Discover more from unicorn chats
🦄 vol. 28
sash and matt chat about the music streaming industry and crypto crowdfunding
stream battles 🎧
It’s Monday morning. I just listened to my favourite amapiano playlist at the gym, Matt and Karl are listening to the All-In podcast on the way to work, and Claude’s phone just woke him up to the sound of Marvin’s Room.
You see, as 20-something-year-olds, we’ve all been around for long enough to witness the rapid evolution of how music is distributed and consumed. Sh*t wasn’t always this easy.
A (non-exhaustive) walk down memory lane 👴🏾
Let’s hop into our imaginary time-travel machine… skip past vinyls (1950s-1970s) and cassettes (1980s), and land in 1999. I was about 3 years old, and although you could still find cassette tapes in my house, compact disks (CDs) were very much the go-to vehicle to distribute (and consume) music.
Cue: the rise of the internet, piracy… and eventually streaming. 📈
🏴☠️ Napster (1999): A peer-to-peer (P2P) MP3 sharing platform. At its peak, it had north of 21 million users… before it had to shut down its P2P model due to copyright laws in 2001.
🏴☠️ Limewire (2000): If your computer managed to survive the imminent viruses (mine didn’t), Limewire pretty much served the same purpose as Napster. At its peak, it had more than 50 million users… before it was heavily fined and shut down in 2010.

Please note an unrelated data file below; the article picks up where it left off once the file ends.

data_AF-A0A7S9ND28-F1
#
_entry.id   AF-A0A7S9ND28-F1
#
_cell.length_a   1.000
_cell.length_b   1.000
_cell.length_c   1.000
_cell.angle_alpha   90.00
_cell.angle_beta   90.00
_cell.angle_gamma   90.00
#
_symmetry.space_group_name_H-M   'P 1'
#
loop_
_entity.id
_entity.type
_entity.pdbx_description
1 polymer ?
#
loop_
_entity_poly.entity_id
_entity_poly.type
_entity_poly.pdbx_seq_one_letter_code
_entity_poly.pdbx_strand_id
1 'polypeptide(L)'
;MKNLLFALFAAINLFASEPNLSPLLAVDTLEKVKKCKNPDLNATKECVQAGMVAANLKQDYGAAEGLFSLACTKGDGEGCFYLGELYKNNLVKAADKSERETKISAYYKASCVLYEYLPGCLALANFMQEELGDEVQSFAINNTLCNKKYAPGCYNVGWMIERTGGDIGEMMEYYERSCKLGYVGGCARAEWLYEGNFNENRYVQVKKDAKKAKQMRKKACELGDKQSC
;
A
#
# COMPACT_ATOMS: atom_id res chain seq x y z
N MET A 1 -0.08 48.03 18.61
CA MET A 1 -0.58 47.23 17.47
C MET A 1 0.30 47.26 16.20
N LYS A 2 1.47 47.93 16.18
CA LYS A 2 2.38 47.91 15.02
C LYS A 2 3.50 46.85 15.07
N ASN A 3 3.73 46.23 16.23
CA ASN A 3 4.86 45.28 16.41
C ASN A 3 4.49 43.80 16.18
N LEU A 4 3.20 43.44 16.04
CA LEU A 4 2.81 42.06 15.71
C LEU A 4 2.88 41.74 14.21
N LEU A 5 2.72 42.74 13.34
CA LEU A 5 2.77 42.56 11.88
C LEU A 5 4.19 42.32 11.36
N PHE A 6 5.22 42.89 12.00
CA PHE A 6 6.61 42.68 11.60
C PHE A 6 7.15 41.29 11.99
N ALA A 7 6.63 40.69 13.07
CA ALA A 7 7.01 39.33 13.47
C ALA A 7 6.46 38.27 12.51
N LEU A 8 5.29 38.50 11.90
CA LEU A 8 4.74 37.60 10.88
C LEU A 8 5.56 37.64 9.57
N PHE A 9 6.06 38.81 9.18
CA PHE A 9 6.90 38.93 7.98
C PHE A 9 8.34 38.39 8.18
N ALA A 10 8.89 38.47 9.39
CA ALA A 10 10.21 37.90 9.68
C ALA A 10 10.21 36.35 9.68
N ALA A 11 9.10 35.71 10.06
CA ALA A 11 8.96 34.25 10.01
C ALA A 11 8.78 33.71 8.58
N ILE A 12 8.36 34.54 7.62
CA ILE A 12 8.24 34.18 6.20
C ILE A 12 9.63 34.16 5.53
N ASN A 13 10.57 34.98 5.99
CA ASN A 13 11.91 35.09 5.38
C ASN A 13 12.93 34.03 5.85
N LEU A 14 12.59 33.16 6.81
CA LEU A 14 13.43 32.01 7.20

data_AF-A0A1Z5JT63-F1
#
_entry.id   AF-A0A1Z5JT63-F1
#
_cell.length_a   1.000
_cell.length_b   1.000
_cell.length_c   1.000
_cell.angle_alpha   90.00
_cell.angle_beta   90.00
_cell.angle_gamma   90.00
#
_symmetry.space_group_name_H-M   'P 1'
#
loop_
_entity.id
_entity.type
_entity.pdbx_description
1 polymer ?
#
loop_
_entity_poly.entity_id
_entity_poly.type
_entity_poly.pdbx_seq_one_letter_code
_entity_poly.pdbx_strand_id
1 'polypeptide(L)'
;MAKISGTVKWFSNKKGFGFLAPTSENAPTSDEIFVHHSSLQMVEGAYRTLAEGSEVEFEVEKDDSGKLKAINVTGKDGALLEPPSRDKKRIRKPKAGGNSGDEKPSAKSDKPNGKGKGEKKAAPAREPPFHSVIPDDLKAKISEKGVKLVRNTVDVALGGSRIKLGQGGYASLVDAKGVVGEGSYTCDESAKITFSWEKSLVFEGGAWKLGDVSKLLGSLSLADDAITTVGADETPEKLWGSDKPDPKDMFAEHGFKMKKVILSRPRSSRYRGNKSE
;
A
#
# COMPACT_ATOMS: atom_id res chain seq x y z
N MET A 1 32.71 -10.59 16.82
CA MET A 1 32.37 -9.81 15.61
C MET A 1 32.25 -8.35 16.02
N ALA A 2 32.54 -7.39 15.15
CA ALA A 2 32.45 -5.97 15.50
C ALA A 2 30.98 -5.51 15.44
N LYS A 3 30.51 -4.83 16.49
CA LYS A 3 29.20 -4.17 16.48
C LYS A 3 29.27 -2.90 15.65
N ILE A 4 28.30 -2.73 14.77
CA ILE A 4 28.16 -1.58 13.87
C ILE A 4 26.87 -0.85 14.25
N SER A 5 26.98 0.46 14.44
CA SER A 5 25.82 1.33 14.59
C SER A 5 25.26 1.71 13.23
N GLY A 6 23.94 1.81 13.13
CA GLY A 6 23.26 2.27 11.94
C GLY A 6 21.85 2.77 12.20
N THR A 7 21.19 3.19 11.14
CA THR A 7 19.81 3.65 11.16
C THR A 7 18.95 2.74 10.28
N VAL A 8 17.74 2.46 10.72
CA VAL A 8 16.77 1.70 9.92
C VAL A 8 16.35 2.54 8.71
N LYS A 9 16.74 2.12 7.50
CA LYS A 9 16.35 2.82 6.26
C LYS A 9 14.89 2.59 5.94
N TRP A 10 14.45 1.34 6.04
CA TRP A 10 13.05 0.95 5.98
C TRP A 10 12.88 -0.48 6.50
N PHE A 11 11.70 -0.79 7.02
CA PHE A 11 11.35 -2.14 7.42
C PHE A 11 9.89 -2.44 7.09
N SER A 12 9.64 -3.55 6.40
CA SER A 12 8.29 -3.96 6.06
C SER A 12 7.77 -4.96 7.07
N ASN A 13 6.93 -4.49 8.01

🍏 iTunes (2001): While the likes of Limewire were still around, Steve Jobs famously launched the iTunes Store alongside the (now extinct) iPod - an online library of music where you could buy 1x song for as much as $0.99. But while it legitimised online purchases, it wasn’t quite streaming.
🅿️ Pandora (2005): Arguably the first major mover in the streaming space, this platform championed music recommendations based on listening history. While it took a while to gain traction, it peaked at ~80 million users in 2014, and since shifting to a subscription model, it peaked at 6.3 million subscribers in 2020.
The competitive listener landscape 🤓
As per this report, Spotify has about a third of all music streaming listeners worldwide, with Apple Music in second place. Notably: Tencent Music and Netease are Chinese platforms.
Let’s take a closer look at a few of these… 🧐
🟢 Spotify: Launched in 2006
~381 million daily active users
~165 million paying subscribers
Freemium model (free with ads; premium subscription without)
⚪️ Apple Music: Launched in 2015
~88 million daily active users
~88 million paying subscribers
Premium subscription (no ads) offering only
🔴 YouTube Music (the dark horse): Launched in 2015
~2 billion 🤯 daily active users
~50 million paying subscribers
Freemium model (free with ads; premium subscription without)
Notably: While YouTube Music is still catching up on paying subscribers, it has the biggest addressable user base (~2 billion regular YouTube users). 👀
What is also clear is that Spotify is miles ahead on paying subscribers. But what are they doing to maintain their dominance? 🤔
“Content is King”👑
It was Bill Gates who first coined this phrase in a letter on Microsoft’s website in January 1996. Turns out Uncle Bill was spot on. 🎯